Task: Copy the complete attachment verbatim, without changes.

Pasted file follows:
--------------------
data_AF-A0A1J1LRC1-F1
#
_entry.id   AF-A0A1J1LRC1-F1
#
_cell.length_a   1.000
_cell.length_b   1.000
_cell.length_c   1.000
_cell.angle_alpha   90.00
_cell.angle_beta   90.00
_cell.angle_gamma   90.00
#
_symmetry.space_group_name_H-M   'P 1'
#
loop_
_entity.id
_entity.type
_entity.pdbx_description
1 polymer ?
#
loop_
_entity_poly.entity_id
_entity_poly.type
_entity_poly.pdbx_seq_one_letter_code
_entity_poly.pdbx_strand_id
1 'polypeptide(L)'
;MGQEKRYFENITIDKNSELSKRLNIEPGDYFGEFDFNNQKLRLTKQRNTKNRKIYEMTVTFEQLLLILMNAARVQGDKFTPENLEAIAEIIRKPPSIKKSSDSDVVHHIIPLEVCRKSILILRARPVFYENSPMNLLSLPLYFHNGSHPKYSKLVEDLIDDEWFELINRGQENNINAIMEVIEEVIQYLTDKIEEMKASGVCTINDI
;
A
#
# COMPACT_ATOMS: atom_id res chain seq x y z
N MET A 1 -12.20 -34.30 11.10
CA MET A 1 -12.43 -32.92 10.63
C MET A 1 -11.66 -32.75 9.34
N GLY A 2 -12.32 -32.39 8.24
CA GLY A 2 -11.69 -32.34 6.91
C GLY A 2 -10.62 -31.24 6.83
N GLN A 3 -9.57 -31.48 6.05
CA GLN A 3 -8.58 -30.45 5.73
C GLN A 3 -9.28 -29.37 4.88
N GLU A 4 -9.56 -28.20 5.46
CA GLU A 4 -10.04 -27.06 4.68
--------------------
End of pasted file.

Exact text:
data_AF-A0A1J1LRC1-F1
#
_entry.id   AF-A0A1J1LRC1-F1
#
_cell.length_a   1.000
_cell.length_b   1.000
_cell.length_c   1.000
_cell.angle_alpha   90.00
_cell.angle_beta   90.00
_cell.angle_gamma   90.00
#
_symmetry.space_group_name_H-M   'P 1'
#
loop_
_entity.id
_entity.type
_entity.pdbx_description
1 polymer ?
#
loop_
_entity_poly.entity_id
_entity_poly.type
_entity_poly.pdbx_seq_one_letter_code
_entity_poly.pdbx_strand_id
1 'polypeptide(L)'
;MGQEKRYFENITIDKNSELSKRLNIEPGDYFGEFDFNNQKLRLTKQRNTKNRKIYEMTVTFEQLLLILMNAARVQGDKFTPENLEAIAEIIRKPPSIKKSSDSDVVHHIIPLEVCRKSILILRARPVFYENSPMNLLSLPLYFHNGSHPKYSKLVEDLIDDEWFELINRGQENNINAIMEVIEEVIQYLTDKIEEMKASGVCTINDI
;
A
#
# COMPACT_ATOMS: atom_id res chain seq x y z
N MET A 1 -12.20 -34.30 11.10
CA MET A 1 -12.43 -32.92 10.63
C MET A 1 -11.66 -32.75 9.34
N GLY A 2 -12.32 -32.39 8.24
CA GLY A 2 -11.69 -32.34 6.91
C GLY A 2 -10.62 -31.24 6.83
N GLN A 3 -9.57 -31.48 6.05
CA GLN A 3 -8.58 -30.45 5.73
C GLN A 3 -9.28 -29.37 4.88
N GLU A 4 -9.56 -28.20 5.46
CA GLU A 4 -10.04 -27.06 4.68